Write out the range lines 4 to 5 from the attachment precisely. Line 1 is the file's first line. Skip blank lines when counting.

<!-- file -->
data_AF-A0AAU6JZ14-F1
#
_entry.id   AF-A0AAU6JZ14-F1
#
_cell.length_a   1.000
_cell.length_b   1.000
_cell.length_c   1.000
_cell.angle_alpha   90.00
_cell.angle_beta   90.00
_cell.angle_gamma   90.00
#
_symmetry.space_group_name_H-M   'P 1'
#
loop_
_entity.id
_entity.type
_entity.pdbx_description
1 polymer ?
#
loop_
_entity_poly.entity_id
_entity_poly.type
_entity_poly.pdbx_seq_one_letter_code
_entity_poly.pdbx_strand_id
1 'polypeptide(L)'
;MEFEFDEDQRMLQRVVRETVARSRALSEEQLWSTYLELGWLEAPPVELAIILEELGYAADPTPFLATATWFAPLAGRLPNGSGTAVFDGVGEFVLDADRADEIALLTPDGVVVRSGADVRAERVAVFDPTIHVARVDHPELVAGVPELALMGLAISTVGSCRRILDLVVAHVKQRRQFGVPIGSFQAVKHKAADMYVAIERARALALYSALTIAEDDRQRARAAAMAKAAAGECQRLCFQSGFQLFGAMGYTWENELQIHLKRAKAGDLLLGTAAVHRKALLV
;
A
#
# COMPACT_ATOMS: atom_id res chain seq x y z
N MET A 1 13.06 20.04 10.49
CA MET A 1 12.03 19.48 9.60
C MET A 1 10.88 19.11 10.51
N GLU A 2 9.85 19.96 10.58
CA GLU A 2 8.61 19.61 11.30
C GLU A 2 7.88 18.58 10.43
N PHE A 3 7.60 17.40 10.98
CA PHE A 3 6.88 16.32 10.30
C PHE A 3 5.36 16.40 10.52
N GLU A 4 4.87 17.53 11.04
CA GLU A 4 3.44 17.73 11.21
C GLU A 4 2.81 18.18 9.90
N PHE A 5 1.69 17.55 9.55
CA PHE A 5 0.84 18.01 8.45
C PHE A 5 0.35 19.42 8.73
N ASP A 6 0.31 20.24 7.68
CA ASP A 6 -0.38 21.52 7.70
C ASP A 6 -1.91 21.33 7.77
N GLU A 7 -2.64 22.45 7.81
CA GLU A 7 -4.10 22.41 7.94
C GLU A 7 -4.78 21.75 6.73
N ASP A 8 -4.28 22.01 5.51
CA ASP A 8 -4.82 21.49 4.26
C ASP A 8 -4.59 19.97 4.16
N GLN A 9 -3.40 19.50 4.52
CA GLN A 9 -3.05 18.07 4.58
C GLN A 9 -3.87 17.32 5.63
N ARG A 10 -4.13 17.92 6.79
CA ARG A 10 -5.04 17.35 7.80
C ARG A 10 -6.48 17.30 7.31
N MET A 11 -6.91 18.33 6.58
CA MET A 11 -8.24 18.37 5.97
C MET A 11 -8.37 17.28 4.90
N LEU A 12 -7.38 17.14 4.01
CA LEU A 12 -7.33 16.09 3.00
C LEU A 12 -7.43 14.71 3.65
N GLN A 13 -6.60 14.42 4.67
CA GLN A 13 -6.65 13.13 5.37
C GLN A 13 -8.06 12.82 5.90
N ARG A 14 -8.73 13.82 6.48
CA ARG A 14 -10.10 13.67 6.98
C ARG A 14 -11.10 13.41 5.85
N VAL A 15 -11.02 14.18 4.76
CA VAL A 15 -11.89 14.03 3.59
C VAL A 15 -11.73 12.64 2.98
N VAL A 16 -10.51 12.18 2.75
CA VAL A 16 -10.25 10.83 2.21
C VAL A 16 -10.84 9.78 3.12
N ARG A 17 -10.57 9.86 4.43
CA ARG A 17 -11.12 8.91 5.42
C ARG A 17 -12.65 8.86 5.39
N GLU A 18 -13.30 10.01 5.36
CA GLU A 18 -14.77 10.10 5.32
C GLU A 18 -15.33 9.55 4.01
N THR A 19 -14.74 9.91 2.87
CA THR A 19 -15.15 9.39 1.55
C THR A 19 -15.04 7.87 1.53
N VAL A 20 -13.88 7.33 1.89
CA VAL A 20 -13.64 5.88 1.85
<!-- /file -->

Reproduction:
#
_cell.length_a   1.000